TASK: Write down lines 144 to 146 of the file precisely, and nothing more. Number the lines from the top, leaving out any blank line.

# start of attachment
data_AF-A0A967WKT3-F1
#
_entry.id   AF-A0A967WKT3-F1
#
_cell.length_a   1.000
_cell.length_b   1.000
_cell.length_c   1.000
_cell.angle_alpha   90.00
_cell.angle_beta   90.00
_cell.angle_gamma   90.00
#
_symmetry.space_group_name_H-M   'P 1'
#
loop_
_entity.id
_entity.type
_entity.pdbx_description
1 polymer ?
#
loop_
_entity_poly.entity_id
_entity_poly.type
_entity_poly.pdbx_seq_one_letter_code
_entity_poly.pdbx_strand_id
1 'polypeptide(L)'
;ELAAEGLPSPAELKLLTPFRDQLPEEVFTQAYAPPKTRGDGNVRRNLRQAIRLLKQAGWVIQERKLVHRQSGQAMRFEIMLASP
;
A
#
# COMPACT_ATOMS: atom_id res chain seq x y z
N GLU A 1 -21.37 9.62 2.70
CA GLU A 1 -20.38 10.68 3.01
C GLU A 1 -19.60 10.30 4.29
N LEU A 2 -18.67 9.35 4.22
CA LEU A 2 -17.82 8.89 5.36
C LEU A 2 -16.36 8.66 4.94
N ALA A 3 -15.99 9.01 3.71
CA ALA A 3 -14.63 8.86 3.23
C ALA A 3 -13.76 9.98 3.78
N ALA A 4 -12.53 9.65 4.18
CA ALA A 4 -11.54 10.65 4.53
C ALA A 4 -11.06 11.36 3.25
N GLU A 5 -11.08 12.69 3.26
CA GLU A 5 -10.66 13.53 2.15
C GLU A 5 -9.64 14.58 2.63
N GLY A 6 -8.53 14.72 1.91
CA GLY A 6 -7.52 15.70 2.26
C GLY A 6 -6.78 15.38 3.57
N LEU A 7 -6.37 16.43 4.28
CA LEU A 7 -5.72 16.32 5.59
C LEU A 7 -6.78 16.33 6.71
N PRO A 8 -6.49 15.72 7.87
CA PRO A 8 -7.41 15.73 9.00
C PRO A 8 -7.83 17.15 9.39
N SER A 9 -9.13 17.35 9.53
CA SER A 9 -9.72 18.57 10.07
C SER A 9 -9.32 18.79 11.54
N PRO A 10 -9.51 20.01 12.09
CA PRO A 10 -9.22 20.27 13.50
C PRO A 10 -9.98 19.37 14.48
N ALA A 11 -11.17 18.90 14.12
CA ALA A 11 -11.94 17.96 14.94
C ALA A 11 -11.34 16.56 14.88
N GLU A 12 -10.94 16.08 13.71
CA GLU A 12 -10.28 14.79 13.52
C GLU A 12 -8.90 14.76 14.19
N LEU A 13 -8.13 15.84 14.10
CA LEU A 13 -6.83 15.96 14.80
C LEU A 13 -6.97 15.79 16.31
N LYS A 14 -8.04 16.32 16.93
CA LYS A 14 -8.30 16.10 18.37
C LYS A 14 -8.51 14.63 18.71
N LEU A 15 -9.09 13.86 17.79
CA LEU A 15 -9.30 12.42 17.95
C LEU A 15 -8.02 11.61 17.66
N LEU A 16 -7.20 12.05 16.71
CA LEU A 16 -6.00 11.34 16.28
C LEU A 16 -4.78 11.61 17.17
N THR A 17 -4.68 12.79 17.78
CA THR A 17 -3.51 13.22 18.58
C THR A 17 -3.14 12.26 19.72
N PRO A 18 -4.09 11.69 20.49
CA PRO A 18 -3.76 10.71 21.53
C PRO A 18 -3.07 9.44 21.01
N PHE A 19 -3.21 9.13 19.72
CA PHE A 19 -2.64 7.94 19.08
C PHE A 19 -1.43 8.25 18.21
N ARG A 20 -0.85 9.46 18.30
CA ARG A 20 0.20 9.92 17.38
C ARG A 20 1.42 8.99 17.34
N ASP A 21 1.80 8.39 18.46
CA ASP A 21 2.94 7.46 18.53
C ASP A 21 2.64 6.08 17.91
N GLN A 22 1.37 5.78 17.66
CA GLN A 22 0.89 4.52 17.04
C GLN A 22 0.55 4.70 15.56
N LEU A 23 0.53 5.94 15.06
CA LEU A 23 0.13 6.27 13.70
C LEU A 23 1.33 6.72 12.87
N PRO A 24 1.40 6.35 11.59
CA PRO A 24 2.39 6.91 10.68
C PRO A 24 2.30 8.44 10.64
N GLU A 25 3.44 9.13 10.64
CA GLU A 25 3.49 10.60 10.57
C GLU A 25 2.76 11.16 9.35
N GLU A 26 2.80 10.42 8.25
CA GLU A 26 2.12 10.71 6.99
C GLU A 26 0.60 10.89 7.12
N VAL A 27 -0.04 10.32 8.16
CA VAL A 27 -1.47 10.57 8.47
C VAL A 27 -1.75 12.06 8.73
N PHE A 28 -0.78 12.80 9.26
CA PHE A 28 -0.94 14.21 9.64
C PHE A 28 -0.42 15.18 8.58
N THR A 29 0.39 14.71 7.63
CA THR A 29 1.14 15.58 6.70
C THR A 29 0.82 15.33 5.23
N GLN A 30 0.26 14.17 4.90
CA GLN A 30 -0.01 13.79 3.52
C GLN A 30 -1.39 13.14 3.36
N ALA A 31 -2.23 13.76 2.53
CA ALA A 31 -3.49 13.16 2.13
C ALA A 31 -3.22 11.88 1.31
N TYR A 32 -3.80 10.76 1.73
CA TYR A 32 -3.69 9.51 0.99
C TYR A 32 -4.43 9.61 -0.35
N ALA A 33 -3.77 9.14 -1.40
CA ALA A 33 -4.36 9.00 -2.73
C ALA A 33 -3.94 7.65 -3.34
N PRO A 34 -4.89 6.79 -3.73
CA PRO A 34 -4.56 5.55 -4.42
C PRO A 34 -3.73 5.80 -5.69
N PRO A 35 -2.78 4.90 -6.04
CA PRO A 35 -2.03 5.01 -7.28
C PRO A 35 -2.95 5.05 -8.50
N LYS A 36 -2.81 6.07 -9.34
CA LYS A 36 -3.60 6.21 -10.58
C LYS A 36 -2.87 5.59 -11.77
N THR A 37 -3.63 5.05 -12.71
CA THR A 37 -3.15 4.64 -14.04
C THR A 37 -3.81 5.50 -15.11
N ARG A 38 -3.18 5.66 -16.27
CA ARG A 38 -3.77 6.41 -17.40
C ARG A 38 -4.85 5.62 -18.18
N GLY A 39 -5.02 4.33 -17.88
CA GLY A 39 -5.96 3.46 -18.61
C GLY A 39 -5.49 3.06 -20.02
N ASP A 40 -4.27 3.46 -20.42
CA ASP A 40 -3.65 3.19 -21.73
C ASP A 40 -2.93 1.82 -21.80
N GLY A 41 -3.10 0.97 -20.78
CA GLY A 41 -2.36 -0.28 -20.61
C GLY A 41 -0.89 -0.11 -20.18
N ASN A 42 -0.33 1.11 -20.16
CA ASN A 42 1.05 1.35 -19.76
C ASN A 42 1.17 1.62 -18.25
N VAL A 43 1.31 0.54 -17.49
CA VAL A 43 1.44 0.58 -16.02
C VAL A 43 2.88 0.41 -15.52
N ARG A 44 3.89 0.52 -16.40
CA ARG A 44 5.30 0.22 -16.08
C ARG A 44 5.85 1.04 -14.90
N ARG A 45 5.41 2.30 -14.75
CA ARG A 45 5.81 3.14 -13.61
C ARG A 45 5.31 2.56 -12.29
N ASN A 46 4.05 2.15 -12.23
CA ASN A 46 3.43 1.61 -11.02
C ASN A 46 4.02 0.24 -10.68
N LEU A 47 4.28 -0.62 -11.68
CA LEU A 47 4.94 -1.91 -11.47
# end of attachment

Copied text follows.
C ARG A 38 -4.85 5.62 -18.18
N GLY A 39 -5.02 4.33 -17.88
CA GLY A 39 -5.96 3.46 -18.61